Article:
A borrowing from Middle Dutch glas or Middle Low German glas ‎(glass (material; container)). The Germanic term probably meant originally “amber” (a meaning still attested in Old High German), and only later “glass.” The borrowing is first mentioned in 17th-century Latvian dictionaries (though the family name Glāznieks is already attested in Kurzeme in the 16th century). Up until the 19th century, glāze meant both the material and the container; by the late 19th century on, these two meanings had already been split between glāze and stikls.[1]




glāze f (5th declension)

  1. glass (small, usually cylindrical container for liquids, from which one drinks)
    vīna, alus glāze — wine, beer glass
    kristāla glāzes — crystal glasses
    krāsaina stikla glāzesglasses (made) of colored glass
    ieliet limonādi glāzēs — to pour lemonade in the glasses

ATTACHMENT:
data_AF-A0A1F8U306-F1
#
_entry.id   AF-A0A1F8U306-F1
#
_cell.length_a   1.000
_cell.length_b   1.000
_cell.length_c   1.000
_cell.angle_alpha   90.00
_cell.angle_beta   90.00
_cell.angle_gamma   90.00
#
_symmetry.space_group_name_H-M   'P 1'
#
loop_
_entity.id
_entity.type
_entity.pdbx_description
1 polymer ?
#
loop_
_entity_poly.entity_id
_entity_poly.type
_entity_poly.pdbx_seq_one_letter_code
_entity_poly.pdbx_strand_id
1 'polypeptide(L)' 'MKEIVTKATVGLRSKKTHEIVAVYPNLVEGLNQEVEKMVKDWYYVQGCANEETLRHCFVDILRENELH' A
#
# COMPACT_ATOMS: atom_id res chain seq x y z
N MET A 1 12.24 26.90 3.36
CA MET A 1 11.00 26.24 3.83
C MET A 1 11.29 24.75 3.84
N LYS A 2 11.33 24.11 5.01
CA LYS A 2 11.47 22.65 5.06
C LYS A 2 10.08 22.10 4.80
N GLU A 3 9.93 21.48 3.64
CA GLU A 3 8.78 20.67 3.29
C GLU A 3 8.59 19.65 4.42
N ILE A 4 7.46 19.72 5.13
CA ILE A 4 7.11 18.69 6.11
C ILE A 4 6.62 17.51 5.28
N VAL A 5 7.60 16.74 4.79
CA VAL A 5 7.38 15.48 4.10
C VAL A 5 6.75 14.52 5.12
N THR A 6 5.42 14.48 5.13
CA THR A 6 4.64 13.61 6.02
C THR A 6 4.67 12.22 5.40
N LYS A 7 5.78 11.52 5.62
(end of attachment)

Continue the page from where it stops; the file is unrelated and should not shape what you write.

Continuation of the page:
tēvs paņem vīna pudeli un piepilda glāzes — father takes the wine bottle and fills the glasses
  2. glass (the container with its contents; its contents)
    “jūs esat lielisks runātājs, biedri Saleniek”, teica Ozols, pasniegdams ūdens glāzi — “you are a great speaker, comrade Saleniek,” Ozols said, handing him a glass of water
    apsēdies, izdzer glāzi piena — sit down, drink a glass of milk
    saputotām olām pievienot glāzi piena — to add a glass of milk to the whipped eggs
    divām glāzēm ogu pievienot divas glāzes cukura — to add two glasses of sugar to two glasses of berries
  3. (dated, syn. stikls) glass (material)
    zilas glāžu sienas — blue glass walls
    palielināmā, (pa)vairojamā glāze — magnifying glass




  1. ^ “glāze” in Konstantīns Karulis (1992, 2001), Latviešu Etimoloģijas Vārdnīca, in 2 vols, Rīga: AVOTS, ISBN 9984-700-12-7
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